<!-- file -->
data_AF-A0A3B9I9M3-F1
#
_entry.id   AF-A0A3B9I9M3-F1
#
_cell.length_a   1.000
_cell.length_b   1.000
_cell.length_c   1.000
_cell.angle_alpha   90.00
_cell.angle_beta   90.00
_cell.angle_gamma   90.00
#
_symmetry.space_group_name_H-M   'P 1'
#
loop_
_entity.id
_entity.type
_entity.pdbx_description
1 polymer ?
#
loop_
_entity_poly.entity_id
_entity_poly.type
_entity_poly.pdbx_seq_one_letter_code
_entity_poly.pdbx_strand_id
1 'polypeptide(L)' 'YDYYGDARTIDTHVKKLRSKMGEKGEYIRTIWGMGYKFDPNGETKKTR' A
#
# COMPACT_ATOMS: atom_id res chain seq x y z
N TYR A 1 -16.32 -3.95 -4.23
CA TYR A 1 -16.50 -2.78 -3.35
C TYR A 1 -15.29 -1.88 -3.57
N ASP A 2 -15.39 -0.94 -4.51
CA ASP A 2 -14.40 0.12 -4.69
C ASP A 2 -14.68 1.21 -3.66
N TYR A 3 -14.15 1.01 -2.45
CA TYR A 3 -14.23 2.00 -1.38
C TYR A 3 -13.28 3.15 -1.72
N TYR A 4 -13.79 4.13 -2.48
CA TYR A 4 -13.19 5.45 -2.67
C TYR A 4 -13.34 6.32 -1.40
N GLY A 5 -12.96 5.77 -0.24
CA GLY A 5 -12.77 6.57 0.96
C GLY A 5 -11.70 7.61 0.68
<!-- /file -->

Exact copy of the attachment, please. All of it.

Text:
data_AF-A0A3B9I9M3-F1
#
_entry.id   AF-A0A3B9I9M3-F1
#
_cell.length_a   1.000
_cell.length_b   1.000
_cell.length_c   1.000
_cell.angle_alpha   90.00
_cell.angle_beta   90.00
_cell.angle_gamma   90.00
#
_symmetry.space_group_name_H-M   'P 1'
#
loop_
_entity.id
_entity.type
_entity.pdbx_description
1 polymer ?
#
loop_
_entity_poly.entity_id
_entity_poly.type
_entity_poly.pdbx_seq_one_letter_code
_entity_poly.pdbx_strand_id
1 'polypeptide(L)' 'YDYYGDARTIDTHVKKLRSKMGEKGEYIRTIWGMGYKFDPNGETKKTR' A
#
# COMPACT_ATOMS: atom_id res chain seq x y z
N TYR A 1 -16.32 -3.95 -4.23
CA TYR A 1 -16.50 -2.78 -3.35
C TYR A 1 -15.29 -1.88 -3.57
N ASP A 2 -15.39 -0.94 -4.51
CA ASP A 2 -14.40 0.12 -4.69
C ASP A 2 -14.68 1.21 -3.66
N TYR A 3 -14.15 1.01 -2.45
CA TYR A 3 -14.23 2.00 -1.38
C TYR A 3 -13.28 3.15 -1.72
N TYR A 4 -13.79 4.13 -2.48
CA TYR A 4 -13.19 5.45 -2.67
C TYR A 4 -13.34 6.32 -1.40
N GLY A 5 -12.96 5.77 -0.24
CA GLY A 5 -12.77 6.57 0.96
C GLY A 5 -11.70 7.61 0.68